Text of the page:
3 reasons why the KC Royals keep playing Jorge Soler

(Mandatory Credit: Jay Biggerstaff-USA TODAY Sports)
(Mandatory Credit: Jay Biggerstaff-USA TODAY Sports) /
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KC Royals, Jorge Soler
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Sunday’s change to the KC Royals’ batting order was impossible to miss. To call the alteration conspicuous may not do it justice.

Jorge Soler, the part-time designated hitter, part-time outfielder whose 48 home runs smashed the team’s long-standing single-season record just two years ago, found his name in the seventh slot for the club’s game against Detroit. Manager Mike Matheny even penciled Ryan O’Hearn, dragging a .188 average into the game, above him.

As improbable as Soler’s tumble down the order might be in a vacuum, the reality of his performance explains it. Soler just can’t hit this season. Sunday’s 0-for-3 effort dropped his average to .182, and his .263 OBP proves the depth of his struggle to reach base, much less hit the home runs he’s paid to hit.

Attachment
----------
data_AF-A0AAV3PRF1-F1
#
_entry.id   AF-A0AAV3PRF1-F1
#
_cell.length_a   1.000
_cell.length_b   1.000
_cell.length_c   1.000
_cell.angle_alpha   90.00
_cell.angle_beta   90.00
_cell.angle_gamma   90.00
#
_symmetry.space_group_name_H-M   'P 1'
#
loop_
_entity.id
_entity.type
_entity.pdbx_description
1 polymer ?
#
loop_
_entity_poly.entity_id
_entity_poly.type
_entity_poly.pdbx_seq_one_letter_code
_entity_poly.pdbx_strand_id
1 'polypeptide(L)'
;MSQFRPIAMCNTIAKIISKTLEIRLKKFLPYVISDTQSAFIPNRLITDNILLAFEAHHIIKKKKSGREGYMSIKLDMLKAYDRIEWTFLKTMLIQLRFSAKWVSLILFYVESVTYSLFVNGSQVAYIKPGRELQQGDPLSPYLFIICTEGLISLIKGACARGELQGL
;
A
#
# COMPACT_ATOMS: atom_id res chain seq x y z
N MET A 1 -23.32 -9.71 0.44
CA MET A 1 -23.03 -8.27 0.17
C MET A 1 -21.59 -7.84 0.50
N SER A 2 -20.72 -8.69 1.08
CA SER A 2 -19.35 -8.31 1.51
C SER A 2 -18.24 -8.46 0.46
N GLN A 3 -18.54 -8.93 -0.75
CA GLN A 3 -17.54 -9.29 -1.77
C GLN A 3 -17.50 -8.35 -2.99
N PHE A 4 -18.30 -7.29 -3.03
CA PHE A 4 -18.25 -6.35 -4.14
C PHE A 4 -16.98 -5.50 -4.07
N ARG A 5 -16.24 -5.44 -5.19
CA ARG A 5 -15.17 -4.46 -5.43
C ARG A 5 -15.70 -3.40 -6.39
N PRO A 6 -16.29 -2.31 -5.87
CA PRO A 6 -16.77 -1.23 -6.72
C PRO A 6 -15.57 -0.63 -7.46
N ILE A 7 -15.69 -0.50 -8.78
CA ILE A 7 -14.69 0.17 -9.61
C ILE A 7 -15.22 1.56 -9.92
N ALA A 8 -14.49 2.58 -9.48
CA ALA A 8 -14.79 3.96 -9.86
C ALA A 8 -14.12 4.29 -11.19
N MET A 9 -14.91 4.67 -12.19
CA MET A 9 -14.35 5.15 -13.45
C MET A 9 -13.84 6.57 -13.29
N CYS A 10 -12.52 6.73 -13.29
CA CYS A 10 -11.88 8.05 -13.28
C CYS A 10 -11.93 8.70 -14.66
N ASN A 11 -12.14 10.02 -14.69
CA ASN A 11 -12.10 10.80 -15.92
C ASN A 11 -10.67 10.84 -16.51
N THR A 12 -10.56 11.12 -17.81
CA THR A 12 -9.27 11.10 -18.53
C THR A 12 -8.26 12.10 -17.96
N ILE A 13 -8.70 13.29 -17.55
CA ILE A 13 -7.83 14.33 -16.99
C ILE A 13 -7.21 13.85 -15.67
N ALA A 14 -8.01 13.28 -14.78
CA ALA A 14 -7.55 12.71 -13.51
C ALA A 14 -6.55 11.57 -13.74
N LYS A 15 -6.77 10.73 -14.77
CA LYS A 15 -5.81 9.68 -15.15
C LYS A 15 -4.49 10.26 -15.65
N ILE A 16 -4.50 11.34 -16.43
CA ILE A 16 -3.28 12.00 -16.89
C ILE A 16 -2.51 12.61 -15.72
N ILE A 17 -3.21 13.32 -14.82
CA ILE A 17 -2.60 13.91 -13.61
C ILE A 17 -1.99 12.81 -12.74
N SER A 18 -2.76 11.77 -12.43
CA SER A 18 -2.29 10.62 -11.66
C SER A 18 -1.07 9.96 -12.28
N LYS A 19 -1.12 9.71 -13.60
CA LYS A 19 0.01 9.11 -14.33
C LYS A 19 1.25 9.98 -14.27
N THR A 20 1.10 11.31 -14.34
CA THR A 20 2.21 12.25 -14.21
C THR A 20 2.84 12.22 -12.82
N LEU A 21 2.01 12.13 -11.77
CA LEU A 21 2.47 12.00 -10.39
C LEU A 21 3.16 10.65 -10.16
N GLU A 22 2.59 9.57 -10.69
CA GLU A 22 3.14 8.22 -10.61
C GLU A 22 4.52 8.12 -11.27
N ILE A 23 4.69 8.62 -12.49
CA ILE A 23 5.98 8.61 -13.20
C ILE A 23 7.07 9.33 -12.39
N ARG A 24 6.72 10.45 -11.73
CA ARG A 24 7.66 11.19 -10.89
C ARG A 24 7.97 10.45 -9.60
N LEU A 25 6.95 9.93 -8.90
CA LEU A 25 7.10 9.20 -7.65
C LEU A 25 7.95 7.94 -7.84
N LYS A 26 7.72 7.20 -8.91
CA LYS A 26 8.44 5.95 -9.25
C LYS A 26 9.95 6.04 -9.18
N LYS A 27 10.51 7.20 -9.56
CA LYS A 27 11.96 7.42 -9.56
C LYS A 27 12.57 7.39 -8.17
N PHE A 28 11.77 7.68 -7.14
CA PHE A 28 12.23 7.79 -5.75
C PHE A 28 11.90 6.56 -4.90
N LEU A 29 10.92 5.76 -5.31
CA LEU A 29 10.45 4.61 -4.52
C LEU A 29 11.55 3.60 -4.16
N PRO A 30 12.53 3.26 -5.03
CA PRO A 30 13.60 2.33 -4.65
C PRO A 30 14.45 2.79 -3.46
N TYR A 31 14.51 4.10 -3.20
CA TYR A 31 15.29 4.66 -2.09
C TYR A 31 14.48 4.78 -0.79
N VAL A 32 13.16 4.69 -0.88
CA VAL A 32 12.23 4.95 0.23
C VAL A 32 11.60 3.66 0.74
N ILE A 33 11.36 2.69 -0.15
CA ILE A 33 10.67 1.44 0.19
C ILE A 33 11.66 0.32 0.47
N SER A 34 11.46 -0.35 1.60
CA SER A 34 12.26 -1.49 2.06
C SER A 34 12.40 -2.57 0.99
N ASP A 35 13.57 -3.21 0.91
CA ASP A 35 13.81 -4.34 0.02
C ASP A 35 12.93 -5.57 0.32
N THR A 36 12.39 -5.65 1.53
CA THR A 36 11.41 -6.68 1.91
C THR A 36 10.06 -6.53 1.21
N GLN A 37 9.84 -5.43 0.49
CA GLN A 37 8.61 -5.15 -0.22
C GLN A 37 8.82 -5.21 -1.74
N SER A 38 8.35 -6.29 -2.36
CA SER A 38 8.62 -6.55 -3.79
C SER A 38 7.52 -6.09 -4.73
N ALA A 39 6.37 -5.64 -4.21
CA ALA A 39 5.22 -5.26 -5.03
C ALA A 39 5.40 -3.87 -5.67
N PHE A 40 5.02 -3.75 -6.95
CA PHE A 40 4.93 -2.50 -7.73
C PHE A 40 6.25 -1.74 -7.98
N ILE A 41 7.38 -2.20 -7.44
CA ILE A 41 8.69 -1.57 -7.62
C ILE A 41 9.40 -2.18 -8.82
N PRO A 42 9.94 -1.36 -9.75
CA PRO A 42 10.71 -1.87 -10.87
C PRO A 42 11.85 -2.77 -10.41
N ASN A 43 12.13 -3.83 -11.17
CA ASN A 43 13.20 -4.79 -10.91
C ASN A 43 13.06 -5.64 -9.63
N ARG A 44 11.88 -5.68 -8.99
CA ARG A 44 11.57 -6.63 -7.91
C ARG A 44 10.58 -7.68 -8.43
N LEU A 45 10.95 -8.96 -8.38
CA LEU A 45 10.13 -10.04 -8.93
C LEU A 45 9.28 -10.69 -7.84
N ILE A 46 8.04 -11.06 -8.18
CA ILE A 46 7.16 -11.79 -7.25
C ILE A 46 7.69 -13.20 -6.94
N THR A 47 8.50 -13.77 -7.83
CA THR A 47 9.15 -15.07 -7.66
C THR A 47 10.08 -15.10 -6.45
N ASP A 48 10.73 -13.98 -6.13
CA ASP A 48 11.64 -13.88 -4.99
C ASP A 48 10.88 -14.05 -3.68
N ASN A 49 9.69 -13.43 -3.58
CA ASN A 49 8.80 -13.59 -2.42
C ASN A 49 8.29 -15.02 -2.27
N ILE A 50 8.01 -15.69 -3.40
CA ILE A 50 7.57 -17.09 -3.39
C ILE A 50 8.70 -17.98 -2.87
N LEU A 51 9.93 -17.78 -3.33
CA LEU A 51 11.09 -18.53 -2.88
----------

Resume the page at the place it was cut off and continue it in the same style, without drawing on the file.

Although he’d occupied only the prime fourth and fifth lineup spots before Sunday, dropping him to seventh made even more sense considering his 1-for-18 slump entering the day. Add the facts he has only four homers so far, exactly 25 percent of his RBIs came in one game, and his 31 percent strikeout rate, and hitting him seventh in the lineup makes perfect sense.

If Jorge Soler is hitting so badly, why do the KC Royals continue to play him?

So, why have the Royals, struggling and scuffling to work themselves back into American League Central Division relevance, tolerated his quiet bat all season?

Power is the main reason. The notion of coveting that commodity always seems a bit strange for a franchise that usually ranks speed, the ability to get on base, and hitting the spacious Kauffman Stadium gaps above power. Having a big bopper is nice (think John Mayberry, Steve Balboni, and even Hall of Famer Harmon Killebrew for his final big league season), but has never been truly essential in Kansas City.

Soler’s brand of power, though, is hard to resist, and those 48 homers he hit in 2019 seem to have hooked the Royals. But the truth is this: 2019 remains the only season Soler has hit more than 12 homers, and the only campaign he’s managed more than nine since KC traded away Wade Davis to get him.

Are there other reasons Kansas City sticks with Soler?